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Nokia joins the digital assistant party with Mika

Mika

Whoops, wrong Mika... :) © Flickr/cc-licence-Alberto Garcia

  • A multi-purpose intuitive knowledge assistant for telco engineers
  • Provides augmented intelligence and automated learning
  • Built on Nokia’s AVA platform
  • “Am I too dirty, am I too flirty?” No, not that Mika…

The problem with voice-based digital assistants is that the chosen activation name usually ends up annoying or confusing people. There are thousands of Alexas in the world who are now exasperated that the mere mention of their name results in the nearest Amazon Echo device springing into life. And don't get my Norwegian relatives started on Siri…

The latest name to be hijacked in the interests of creating a better connected society is Mika. Yes, Mika. No relation to the Freddie Mercury-soundalike who once declared that Big Girl, You Are Beautiful and who Tried To Be Like Grace Kelly. And hopefully this Mika is a little more interactive than Formula One driver Mika Hakkinen, who may have been the Flying Fin but had the personality of a robot (hmm, maybe Hakkinen was the inspiration after all…)

No, this Mika is a “customised digital assistant” from Nokia (there’s that Finland connection again) that aims to improve telecom operators' efficiency by providing engineers with faster access to critical information. Mika apparently is an acronym for Multi-purpose Intuitive Knowledge Assistant, designed to provide automated assistance that saves time and frees highly skilled workers to focus on critical tasks.

Mika is powered by Nokia's AVA cognitive services platform and builds on Nokia's services expertise to provide voice-dictated automated assistance to reduce time spent searching information resources, enabling operators to focus on key business tasks. Nokia says analysis of working methods within a Network Operations Centre has revealed that the use of Mika could give back more than an hour of productive time every day to engineers.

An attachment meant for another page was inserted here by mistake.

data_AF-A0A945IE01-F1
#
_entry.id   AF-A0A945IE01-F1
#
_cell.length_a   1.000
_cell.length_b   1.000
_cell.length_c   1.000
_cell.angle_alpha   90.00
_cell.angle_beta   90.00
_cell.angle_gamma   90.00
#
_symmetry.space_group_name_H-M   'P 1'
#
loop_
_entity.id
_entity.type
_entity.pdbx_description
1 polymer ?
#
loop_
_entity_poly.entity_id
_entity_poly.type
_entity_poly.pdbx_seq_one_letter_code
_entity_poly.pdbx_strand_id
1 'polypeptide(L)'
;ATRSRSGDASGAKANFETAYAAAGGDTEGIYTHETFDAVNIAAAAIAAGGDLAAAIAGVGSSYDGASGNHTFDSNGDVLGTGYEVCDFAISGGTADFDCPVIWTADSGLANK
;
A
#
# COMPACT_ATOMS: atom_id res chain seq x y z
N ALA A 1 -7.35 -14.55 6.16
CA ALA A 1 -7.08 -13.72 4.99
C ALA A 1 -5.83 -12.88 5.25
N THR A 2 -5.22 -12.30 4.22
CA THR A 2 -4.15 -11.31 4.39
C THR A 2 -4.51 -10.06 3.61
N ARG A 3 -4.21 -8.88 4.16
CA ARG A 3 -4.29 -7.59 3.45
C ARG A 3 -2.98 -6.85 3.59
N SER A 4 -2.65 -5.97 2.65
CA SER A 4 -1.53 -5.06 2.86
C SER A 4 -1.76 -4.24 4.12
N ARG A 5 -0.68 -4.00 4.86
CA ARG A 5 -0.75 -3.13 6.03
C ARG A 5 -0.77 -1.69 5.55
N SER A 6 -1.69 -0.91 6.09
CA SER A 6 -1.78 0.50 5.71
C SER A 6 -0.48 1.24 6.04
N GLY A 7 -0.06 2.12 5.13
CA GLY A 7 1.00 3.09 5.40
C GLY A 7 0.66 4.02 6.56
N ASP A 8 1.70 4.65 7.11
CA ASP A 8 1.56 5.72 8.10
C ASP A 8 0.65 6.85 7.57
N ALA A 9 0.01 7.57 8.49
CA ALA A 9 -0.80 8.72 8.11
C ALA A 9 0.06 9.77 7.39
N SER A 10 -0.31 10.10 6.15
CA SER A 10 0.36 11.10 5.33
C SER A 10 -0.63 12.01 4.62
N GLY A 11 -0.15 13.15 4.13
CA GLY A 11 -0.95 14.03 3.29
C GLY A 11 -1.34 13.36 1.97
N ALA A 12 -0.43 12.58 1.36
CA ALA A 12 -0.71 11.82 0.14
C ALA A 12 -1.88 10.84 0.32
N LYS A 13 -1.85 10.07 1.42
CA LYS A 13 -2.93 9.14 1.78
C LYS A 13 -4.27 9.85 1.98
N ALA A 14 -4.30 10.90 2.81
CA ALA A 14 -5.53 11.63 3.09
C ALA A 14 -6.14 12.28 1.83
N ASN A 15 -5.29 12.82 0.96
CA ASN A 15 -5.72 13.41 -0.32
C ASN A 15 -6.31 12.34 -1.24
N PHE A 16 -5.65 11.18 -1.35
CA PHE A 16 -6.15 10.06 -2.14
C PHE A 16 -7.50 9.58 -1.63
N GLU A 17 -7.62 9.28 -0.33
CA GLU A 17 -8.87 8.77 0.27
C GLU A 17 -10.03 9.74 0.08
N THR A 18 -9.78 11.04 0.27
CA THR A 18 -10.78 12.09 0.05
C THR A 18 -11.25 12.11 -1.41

"Finding the right information is a daily challenge for telco engineers tasked with boosting network quality,” said Igor Leprince, Head of Global Services at Nokia. “Mika is customised to support the specific needs of telecoms, and can deliver recommendations based on experience from networks around the world."

Mika combines augmented intelligence with automated learning to provide access to an range of tools, documents and data sources. These include the Nokia AVA knowledge library – a repository of best practice gathered from Nokia projects around the world. Using the knowledge library Mika can provide recommendations based on similar issues seen in other networks.

Predictive repairs

In addition to launching Mika, Nokia has also introduced the Predictive Repair, a service that it says will enable operators to reduce costs and improve network quality by moving away from break-fix approaches to hardware maintenance. This new service can reportedly predict hardware failures and recommend replacements up to 14 days in advance, with up to 95 per cent accuracy.

These recommendations should allow operators to improve efficiency by avoiding unnecessary site visits, wasted operations, excessive inventory and false “No Fault Found” returns. Nokia says it is the first service of its type in the telecoms industry. It draws on Nokia's hardware services expertise, correlating network, repair centre and factory data, and uses Nokia Bell Labs machine learning algorithms to predict failures.

The service is available to operators that use Nokia 3G and 4G equipment and is currently undergoing customer trials.

A final word of caution; telecoms engineers yelling “Hey, Mika” into their phones shouldn’t expect the colourful, tousle-haired European troubadour to coming skipping to their rescue. You probably have more chance summoning the former F1 driver who, last year, became the official brand ambassador for Nokian Tyres…

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